When it comes to cooking and baking, I’m no quitter. I will try and try again if something doesn’t work out. In my last post you may have read that I had a terrible day in which most things went horribly wrong. One of those things was a cake. I wanted to bake a seasonal cake – something to go with the perfect autumn weather we’ve been having here in the Midwest.
For reasons which befuddle me, the cake was a colossal disaster. I ended its short life by throwing it, defeated, into the garbage can. I just don’t get it. I bake all the time. I know ratios of flour, sugar, baking soda, etc. I understand sizes and shapes of cake pans in relation to baking time. This one just got away from me.
I had an off day. Cake 1, Sara 0. But not for long.
Last night I chose to tackle a cheesecake for the Thanksgiving dessert. Now, understand this: I love making cheesecakes, but I find them to be too rich for my taste. The funny thing about me, I suppose, is that I lack the requisite sweet tooth for most desserts. I find a lot of joy in the specific measuring of ingredients, the sifting, the mixing, the high heat of the oven – but I prefer to share (…ahem, force) the end product with others, rather than eat it on my own.
I scoured the Internet and my cookbooks, and came across a lovely sounding pumpkin cheesecake recipe on one of my favorite blogs. Deb is a woman after my very own heart – putting bourbon in just about anything she can! Oh my!
I made a few changes to her recipe along the way. For instance, I did not invert the bottom of my springform pan (because it wasn’t snug) and I chose to pop the crust into the freezer for 45 minutes, rather than in the fridge for an hour.
I also chose to halve the amount of fresh nutmeg and replace the other half with ground cardamom. I love the subtle floral and citrus notes that ground cardamom can give to a recipe, especially when paired with cinnamon and ginger. It sort of hangs out in the background of the dish, just waiting to be identified. I also went with dark brown sugar rather than light because I love the depth of flavor that darker brown sugar adds to desserts.
I decided to bake my cheesecake in a water bath, because I have found this helps it to bake evenly, especially since I have a geriatric oven residing in my kitchen. After about an hour, I carefully removed the cheesecake from the oven and allowed it to rest while I mixed together the topping. I was a little more heavy-handed with the bourbon than what was called for, but hey, what can I say? I like a little hooch with my desserts.
I popped it back into the oven (minus the water bath) and left it there for an additional 10 minutes until it seemed as though it would spill right over the edge. It placed it on the counter to cool for several hours and now it is chilling in the fridge awaiting the big day.
I tend to make a mess in my kitchen, but oh well, it’s worth it in the end…
And after the mess, here is the final product:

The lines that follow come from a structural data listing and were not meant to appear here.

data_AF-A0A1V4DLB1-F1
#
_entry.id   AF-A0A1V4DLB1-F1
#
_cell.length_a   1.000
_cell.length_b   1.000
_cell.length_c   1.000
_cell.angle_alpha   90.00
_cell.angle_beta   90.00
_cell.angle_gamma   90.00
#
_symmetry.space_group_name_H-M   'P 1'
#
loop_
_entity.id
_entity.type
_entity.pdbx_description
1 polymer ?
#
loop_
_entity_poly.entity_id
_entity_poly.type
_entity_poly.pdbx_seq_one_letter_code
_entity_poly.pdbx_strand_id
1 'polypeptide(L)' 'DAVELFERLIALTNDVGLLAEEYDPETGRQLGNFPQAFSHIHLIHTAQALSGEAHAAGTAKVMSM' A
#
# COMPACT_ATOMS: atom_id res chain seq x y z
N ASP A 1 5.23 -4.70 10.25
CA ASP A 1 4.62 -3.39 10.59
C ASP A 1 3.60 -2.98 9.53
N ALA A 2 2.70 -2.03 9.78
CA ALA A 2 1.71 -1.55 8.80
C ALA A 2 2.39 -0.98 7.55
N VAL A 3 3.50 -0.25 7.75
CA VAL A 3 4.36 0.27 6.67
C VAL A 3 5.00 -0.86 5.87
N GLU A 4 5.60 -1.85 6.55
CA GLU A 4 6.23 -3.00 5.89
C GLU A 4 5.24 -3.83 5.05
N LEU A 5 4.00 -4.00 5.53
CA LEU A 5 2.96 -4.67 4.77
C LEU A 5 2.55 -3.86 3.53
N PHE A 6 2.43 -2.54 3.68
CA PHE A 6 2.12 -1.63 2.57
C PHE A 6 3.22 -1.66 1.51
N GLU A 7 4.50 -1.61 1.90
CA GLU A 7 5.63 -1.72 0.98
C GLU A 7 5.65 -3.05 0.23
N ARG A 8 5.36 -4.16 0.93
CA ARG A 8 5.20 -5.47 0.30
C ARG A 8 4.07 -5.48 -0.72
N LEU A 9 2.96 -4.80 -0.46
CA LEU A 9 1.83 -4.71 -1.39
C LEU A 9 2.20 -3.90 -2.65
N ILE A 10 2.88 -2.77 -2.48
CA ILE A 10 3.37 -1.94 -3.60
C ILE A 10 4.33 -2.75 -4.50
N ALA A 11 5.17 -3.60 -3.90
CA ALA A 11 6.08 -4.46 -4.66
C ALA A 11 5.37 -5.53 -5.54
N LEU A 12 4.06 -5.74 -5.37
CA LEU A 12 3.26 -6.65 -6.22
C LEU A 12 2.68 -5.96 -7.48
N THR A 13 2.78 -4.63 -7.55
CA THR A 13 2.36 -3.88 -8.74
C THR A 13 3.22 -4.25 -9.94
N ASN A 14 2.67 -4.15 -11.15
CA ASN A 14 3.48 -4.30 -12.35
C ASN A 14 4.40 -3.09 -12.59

(Everything’s Better With Bourbon) Pumpkin Cheesecake
Adapted from Smitten Kitchen, November 2006
1 cup graham cracker crumbs (roughly six or seven standard graham crackers)
1/2 cup pecans (1 3/4 ounce), finely chopped
1/4 cup packed dark brown sugar
1/4 granulated sugar
6 tablespoons unsalted butter, melted and cooled
1 (15 ounce) can solid-pack pumpkin
3 large eggs
1/2 cup packed dark brown sugar
2 tablespoons heavy cream
1 teaspoon vanilla
1 tablespoon bourbon (optional)
1/2 cup granulated sugar
1 tablespoon cornstarch
1 1/2 teaspoons cinnamon
1/4 teaspoon freshly grated nutmeg
1/4 teaspoon ground cardamom
1/2 teaspoon ground ginger
1/2 teaspoon salt
3 (8 ounce) packages cream cheese, at room temperature
2 cups sour cream
3 tablespoons granulated sugar
2 tablespoons bourbon
Butter the bottom and sides of a 9-inch springform pan. Stir together the crumbs, chopped pecans, sugars, and butter in a bowl until combined well. I found my hands worked best for this job. Press crumb mixture onto bottom and 1/2 inch up side of pan. I used a small juice glass with a flat bottom to help me press the crumbs into the pan. Chill the crust in freezer for 45 minutes or in the fridge for 1 hour.
make filling and bake:
Preheat oven to 350ºF.
In a medium bowl, whisk together the pumpkin, eggs, brown sugar, cream, vanilla, and bourbon (if you choose to use it).
In a large bowl (or the bowl of your stand mixer), stir together the granulated sugar, cornstarch, cinnamon, nutmeg, cardamom, ginger, and salt.
To that bowl, add the cream cheese and beat with electric mixer at high speed until creamy and smooth, roughly 3 minutes, stopping to scrape down the sides of bowl. Lower speed to medium, then add pumpkin mixture and beat until smooth, stopping once or twice to scrape down the sides of bowl.
Pour filling into crust, smoothing top, and then put springform pan into a large roasting pan. Fill roasting pan with water until it reaches halfway up the side of the springform pan. If you don’t have a large enough roasting pan, simply place the springform pan on a baking sheet.
Carefully place onto middle rack of oven and bake until center is just set, 55 minutes to 1 hour. You’re looking for a jello-like wiggle when you jiggle the pan. Transfer to rack and cool 5 minutes. Leave oven on. I took mine out of the water bath to cool and poured out the water.
Whisk together the sour cream, sugar, and bourbon (if using) in a bowl, smooth on top of cheesecake, place back into empty roasting pan, and bake for an additional 5-10 minutes.
Cool cheesecake completely in pan on rack, about 3 hours.
Cover, chill in fridge until cold, at least 4 hours. Remove side of pan and bring to room temperature before serving. Garnish with pecans if desired.
do ahead: this cheesecake can be chilled, covered, up to 2 days.